Pat Mattews Academic School of Nursing, Hillel Yaffe Medical Center,Israel
Title: The nurses’ perception of self-efficacy in performing CPR simulation in hospital setting
Biography: Alona Karol & Tamar Vechter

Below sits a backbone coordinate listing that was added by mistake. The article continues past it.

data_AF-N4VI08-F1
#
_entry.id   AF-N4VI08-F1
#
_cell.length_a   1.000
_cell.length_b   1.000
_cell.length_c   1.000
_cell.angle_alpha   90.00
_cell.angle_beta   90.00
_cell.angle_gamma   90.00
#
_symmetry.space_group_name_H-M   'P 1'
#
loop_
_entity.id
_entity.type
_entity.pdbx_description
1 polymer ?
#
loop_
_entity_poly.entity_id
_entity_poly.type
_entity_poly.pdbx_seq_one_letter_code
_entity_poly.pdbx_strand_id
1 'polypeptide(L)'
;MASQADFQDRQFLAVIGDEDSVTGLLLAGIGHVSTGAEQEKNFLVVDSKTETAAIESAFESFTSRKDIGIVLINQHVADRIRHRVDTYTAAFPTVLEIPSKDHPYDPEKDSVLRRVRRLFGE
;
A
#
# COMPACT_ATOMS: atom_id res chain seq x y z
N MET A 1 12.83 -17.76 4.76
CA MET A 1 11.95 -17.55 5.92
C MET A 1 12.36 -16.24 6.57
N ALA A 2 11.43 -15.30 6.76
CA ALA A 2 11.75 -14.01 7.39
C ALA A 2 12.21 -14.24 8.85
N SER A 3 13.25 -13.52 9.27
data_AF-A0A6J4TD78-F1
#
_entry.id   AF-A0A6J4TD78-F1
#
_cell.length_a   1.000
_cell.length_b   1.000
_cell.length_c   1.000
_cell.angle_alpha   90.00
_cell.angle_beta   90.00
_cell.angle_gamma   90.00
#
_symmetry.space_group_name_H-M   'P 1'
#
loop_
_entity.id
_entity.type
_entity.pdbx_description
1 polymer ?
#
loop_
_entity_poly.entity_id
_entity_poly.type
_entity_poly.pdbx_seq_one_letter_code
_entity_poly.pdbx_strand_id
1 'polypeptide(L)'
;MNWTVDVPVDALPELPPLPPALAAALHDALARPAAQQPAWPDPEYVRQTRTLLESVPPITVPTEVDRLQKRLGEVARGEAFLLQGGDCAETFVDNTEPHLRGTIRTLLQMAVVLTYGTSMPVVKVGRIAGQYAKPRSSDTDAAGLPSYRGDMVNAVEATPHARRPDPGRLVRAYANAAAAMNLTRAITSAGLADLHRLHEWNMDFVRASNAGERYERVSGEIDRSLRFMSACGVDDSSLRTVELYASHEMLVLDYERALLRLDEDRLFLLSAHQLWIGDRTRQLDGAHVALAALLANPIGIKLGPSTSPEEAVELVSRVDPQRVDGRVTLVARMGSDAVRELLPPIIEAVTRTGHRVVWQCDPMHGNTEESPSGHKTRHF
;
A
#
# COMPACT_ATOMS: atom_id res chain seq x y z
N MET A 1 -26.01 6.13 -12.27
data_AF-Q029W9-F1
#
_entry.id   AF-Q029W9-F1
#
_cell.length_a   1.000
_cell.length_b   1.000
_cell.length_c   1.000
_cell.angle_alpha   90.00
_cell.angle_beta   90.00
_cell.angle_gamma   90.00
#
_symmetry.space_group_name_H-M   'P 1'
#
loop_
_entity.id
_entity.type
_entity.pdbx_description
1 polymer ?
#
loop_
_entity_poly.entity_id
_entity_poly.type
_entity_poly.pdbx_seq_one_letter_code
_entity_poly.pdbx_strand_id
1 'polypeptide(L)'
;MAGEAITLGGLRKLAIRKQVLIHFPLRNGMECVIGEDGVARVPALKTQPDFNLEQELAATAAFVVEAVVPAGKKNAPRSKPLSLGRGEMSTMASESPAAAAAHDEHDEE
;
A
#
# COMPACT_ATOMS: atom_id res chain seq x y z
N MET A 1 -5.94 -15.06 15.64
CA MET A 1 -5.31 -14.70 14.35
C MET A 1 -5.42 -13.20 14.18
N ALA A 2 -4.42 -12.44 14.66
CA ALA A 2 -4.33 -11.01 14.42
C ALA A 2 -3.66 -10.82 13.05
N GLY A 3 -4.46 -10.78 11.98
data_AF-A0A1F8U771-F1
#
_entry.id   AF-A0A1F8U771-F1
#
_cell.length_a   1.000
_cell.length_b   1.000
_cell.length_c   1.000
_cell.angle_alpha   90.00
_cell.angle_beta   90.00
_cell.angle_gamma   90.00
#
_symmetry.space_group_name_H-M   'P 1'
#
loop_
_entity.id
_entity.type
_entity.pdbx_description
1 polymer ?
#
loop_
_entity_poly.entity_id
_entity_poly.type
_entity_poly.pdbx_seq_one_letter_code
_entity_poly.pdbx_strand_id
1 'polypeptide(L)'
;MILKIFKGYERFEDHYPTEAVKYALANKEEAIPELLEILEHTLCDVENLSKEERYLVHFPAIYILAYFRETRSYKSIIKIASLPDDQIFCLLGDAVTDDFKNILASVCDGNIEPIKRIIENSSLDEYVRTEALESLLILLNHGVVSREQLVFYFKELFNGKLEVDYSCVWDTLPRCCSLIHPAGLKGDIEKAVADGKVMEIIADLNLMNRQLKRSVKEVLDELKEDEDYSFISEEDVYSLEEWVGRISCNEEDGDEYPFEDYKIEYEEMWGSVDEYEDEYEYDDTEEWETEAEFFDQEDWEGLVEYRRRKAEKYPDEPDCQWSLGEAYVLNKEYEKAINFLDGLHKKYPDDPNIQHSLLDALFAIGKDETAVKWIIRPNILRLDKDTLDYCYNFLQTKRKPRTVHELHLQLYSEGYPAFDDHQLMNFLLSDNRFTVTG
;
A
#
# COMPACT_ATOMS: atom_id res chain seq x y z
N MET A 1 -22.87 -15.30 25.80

The main cause of death among the population over 40 years old is fatal arrhythmia and sudden cardiac arrest. Improving nurses' practice by CPR simulation and sense of self- efficacy may be a critical element in translating knowledge and resuscitation skills into effective action during critical situation. Therefore, the aim of this study was identify nurses' perception of self-efficacy in performing CPR simulation in Hillel Yaffe Medical Center. The sample consisted of 360 Registered Nurses who were working in General, Surgical departments, Intensive Care Units, Emergency Rooms and Maternal Division. The survey included the 17-item Resuscitation Self-Efficacy Scale for Nurses with 4 component structure termed 'Recognition', 'Debriefing and recording', 'Responding and rescuing', and 'Reporting' (RSES) ( Roh, Issenberg, Chung,, & Kim, 2012). A logistic regression model tested the hypothesis that explains the difference of nurses' perception of self-efficacy in performing CPR simulation in various departments. A total of 309 (85%) completed, usable surveys were returned. Pearson's correlation demonstrated modest but statistically significant association between education, professional experience, scope of position, and moderate statistically significant association between various medical departments and 4- component structure of the RSES. These findings indicated that RSES assessment of current practice, promote the implementation of educational interventions by CPR simulation that improve self-efficacy for nurses, and eventually contribute to the improvement of patient care.